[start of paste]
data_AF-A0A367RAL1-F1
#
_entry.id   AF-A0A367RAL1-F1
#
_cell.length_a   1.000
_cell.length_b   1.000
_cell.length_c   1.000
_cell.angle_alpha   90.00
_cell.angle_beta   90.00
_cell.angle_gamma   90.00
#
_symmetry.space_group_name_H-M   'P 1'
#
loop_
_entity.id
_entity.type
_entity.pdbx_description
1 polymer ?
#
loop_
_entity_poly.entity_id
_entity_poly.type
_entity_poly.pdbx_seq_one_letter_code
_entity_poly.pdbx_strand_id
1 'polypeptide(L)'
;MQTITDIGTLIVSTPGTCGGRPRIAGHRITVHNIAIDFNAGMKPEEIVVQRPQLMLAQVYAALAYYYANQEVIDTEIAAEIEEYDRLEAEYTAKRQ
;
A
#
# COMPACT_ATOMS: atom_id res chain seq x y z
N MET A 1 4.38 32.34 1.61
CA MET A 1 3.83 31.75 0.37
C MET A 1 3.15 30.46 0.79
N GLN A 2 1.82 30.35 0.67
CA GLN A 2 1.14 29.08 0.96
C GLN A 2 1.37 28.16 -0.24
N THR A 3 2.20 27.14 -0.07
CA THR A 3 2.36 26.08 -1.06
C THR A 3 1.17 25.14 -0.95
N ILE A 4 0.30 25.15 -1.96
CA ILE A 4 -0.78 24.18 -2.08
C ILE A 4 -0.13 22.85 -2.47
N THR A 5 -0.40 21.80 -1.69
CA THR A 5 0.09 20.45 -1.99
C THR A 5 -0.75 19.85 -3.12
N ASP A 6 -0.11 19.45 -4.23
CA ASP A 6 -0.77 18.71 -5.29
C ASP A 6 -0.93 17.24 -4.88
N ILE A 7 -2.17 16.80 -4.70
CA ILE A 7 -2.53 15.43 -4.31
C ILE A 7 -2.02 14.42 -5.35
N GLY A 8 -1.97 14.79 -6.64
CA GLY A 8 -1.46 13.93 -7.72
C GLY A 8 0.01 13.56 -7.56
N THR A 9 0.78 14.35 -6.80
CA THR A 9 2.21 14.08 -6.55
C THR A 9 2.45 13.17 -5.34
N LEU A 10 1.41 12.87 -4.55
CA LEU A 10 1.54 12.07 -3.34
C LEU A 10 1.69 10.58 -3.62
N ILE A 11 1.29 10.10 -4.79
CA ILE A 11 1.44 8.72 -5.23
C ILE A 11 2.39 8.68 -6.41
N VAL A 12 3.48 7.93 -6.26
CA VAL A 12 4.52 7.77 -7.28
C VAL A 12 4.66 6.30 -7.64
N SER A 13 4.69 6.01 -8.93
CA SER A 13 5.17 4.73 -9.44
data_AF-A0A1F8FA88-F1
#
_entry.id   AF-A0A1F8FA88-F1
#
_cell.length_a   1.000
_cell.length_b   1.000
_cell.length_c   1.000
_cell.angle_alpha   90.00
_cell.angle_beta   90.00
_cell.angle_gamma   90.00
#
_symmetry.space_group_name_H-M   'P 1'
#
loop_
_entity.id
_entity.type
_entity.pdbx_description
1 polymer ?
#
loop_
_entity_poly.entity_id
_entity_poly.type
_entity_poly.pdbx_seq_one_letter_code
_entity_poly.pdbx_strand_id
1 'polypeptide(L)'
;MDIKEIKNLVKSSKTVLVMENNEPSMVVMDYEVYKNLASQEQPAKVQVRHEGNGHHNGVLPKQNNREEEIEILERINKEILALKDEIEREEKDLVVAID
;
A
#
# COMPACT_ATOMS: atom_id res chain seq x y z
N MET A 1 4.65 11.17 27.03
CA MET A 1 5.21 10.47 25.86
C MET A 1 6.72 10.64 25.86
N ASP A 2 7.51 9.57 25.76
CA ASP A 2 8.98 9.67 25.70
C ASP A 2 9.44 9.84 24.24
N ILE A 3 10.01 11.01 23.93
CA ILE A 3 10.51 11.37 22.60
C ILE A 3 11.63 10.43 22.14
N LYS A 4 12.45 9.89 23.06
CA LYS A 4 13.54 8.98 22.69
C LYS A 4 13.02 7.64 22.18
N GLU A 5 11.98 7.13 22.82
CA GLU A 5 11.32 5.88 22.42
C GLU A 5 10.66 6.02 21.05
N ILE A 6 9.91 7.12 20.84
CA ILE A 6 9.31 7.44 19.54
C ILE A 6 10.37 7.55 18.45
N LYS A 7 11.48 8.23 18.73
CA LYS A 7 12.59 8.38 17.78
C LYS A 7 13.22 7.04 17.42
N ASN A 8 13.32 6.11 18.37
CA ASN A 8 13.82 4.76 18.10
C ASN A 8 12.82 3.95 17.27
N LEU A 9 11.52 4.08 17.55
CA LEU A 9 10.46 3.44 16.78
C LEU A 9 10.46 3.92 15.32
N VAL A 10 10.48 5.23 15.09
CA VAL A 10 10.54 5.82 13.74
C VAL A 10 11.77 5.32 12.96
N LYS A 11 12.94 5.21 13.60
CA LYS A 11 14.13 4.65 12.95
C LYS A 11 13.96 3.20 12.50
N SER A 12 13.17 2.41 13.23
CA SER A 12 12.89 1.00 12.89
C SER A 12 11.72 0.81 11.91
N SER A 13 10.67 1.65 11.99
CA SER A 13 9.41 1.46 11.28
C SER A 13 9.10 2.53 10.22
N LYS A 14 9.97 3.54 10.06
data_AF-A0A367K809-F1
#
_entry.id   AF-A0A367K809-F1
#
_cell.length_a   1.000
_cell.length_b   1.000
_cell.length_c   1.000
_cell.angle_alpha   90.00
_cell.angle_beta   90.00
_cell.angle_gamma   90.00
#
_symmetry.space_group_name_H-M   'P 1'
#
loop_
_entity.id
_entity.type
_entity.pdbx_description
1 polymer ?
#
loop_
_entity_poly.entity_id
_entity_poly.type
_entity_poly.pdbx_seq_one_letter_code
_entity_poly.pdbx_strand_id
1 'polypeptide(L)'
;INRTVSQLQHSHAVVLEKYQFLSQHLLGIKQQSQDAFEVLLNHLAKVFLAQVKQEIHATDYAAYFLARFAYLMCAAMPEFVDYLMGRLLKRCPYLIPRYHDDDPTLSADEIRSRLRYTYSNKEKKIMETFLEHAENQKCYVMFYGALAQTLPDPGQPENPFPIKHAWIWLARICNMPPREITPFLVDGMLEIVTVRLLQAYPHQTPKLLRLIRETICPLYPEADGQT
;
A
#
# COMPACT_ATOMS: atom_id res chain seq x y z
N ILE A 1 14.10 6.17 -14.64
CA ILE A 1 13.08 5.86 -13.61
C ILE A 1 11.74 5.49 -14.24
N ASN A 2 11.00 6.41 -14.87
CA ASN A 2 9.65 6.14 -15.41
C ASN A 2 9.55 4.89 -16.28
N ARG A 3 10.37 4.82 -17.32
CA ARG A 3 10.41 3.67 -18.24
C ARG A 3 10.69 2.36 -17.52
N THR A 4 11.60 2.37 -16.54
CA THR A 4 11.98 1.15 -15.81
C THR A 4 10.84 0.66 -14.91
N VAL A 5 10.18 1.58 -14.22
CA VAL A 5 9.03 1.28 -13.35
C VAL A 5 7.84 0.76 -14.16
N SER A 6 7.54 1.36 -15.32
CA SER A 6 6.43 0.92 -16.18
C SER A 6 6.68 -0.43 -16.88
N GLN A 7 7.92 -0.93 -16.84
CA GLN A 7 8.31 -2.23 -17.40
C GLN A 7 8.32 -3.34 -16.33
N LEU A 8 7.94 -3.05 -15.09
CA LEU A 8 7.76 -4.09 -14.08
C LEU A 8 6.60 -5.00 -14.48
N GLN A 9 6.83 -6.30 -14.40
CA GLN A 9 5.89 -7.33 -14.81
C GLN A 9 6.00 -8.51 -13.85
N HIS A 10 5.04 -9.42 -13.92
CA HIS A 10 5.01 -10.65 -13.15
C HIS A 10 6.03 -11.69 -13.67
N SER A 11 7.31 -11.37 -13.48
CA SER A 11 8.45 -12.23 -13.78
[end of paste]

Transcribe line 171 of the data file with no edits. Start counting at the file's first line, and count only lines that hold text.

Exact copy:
C ILE A 1 11.74 5.49 -14.24